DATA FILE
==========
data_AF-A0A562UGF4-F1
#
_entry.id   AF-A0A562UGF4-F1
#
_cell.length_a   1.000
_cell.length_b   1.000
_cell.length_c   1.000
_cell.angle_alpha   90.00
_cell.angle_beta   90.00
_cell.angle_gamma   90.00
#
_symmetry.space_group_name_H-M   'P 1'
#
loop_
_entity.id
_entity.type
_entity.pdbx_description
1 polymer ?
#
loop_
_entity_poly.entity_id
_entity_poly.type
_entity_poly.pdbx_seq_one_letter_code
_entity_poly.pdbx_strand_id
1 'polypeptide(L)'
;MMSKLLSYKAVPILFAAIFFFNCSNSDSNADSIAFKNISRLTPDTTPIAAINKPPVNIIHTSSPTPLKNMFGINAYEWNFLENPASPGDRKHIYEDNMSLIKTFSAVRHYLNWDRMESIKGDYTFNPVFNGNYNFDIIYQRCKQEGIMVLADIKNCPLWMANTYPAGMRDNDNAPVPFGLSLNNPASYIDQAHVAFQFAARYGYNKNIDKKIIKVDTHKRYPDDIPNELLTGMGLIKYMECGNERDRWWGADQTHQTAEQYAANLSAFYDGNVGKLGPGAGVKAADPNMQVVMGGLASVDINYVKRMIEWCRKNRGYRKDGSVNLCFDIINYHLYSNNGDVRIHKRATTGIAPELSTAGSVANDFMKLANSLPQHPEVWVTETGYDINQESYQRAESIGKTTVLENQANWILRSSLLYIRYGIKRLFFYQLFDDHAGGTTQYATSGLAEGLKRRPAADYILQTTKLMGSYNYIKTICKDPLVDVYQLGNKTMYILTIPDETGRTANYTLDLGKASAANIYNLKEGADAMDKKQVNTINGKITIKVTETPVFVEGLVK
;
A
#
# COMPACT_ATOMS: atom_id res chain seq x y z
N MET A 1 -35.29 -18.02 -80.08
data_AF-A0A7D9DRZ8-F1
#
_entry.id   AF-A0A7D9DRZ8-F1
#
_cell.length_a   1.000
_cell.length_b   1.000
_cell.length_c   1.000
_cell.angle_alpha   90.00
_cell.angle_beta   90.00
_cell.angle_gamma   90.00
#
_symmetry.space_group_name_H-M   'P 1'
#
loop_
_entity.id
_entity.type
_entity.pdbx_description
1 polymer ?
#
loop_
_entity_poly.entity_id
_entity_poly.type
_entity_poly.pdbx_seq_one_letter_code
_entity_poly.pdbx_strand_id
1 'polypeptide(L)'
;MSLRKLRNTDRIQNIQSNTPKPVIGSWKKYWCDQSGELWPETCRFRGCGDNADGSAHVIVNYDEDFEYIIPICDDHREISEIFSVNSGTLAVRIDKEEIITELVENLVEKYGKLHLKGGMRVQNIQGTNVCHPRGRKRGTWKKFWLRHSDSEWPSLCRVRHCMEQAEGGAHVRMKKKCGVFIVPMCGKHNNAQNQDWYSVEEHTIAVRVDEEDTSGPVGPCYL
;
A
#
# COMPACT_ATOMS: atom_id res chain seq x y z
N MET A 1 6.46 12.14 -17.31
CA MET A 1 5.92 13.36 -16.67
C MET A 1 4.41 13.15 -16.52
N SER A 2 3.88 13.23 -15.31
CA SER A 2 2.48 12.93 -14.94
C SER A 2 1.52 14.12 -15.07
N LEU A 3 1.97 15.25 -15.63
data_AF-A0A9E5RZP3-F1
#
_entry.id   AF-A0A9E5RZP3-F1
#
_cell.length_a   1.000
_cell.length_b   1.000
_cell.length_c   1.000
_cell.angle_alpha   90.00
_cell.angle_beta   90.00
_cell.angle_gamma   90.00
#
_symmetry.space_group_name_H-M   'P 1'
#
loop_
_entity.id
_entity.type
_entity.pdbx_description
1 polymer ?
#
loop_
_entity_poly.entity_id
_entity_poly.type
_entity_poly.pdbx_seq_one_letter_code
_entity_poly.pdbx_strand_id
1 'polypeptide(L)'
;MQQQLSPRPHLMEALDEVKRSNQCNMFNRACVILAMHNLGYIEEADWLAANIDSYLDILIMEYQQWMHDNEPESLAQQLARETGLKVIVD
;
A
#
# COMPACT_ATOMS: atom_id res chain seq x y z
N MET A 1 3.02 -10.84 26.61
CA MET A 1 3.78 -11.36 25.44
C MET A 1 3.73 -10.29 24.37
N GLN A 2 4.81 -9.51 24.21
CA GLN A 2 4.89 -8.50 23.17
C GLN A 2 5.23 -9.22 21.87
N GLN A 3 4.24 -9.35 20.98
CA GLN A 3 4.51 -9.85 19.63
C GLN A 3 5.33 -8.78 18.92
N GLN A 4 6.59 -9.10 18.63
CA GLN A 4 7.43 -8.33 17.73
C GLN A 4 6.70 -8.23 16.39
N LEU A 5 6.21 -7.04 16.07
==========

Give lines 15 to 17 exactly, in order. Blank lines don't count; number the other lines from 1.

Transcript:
_entity.id
_entity.type
_entity.pdbx_description